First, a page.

The advocates of taller buildings want Palo Alto to become even more of a regional job center. Their mantra of "near transit" ignores extensive local experience: Less than 10 percent of commuters living immediately next to a station will use Caltrain, and even with an aggressive trip-reduction effort, 50-60 percent of employees will arrive by car. Studies have repeatedly found that for a region to have widely usable transit — reasonable trip times and schedules — it needs a population density much greater than ours.
Will these office workers provide additional revenues for the city? Unlikely. The city's analysis is that new revenues are roughly offset by additional costs. As to the effect on retail businesses, it would only worsen the current trend of driving out the retail that residents need in favor of yet more coffee shops, restaurants and expensive boutiques.
Palo Alto has struggled with its large jobs-housing imbalance, not only with where to build so much housing, but how to accommodate all the accompanying students and traffic. When you are in a deep hole, why choose to keep digging?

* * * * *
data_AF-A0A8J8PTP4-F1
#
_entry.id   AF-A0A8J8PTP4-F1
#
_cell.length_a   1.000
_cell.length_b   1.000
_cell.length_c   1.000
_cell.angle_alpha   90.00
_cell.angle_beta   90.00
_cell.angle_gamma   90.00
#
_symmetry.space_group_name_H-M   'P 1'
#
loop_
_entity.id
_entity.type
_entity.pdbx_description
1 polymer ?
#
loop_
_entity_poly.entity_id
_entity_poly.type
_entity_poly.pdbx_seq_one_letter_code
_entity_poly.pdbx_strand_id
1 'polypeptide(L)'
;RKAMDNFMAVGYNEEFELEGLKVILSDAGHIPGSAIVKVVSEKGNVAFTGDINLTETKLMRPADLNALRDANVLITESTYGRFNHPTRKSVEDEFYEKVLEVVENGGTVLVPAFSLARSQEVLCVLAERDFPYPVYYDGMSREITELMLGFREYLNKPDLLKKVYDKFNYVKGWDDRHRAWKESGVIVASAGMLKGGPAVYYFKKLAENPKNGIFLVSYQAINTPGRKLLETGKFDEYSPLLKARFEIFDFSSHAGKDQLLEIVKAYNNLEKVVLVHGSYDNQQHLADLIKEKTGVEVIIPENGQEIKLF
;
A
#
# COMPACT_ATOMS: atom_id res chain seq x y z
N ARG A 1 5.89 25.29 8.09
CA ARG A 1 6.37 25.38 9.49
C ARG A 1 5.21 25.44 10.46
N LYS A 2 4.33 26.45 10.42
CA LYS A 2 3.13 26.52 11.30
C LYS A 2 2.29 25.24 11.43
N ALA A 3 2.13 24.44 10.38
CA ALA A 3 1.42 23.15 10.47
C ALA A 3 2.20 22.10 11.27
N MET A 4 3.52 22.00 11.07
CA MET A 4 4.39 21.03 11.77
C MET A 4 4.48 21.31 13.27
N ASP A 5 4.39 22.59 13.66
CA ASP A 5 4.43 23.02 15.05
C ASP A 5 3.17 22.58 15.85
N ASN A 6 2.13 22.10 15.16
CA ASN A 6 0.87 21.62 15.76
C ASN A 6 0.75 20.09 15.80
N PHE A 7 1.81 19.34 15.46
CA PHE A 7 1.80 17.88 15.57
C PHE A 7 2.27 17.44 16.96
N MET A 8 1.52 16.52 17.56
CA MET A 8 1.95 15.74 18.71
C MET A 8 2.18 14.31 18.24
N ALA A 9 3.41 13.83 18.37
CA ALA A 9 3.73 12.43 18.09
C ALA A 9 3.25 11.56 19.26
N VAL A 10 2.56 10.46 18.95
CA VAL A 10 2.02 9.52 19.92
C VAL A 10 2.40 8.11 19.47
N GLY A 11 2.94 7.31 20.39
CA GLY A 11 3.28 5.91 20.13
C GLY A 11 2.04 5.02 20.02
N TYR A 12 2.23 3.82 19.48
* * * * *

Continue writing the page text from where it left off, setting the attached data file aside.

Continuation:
Should we sacrifice to have Palo Alto become home to even more high-profile companies? It is already very expensive to do business here, and the consequent rising house prices would not only make that worse, but force more employees into longer commutes, which then increases congestion. Palo Alto's cachet, once lost, could be difficult to regain.
So why is there support within the city for something that benefits the few at the expense of the community? The "public benefits" attached to these projects are an indirect tax. The city has the developer redirect some of his profits to projects that you the voters aren't likely to approve, and you pay with degradation in your quality of life. The benefits are often only for narrow special interests, not the broader community.
Realize that this isn't just about the project at 27 University with over 1,000 additional commuters. The desire is for taller buildings in the University and California Avenue downtowns, and along El Camino. Massive overdevelopment is routinely followed by a crash and slow painful recovery. The 50-foot limit is a crucial firewall to protect the community's quality of life from the excessive growth being promoted by developers and city officials.
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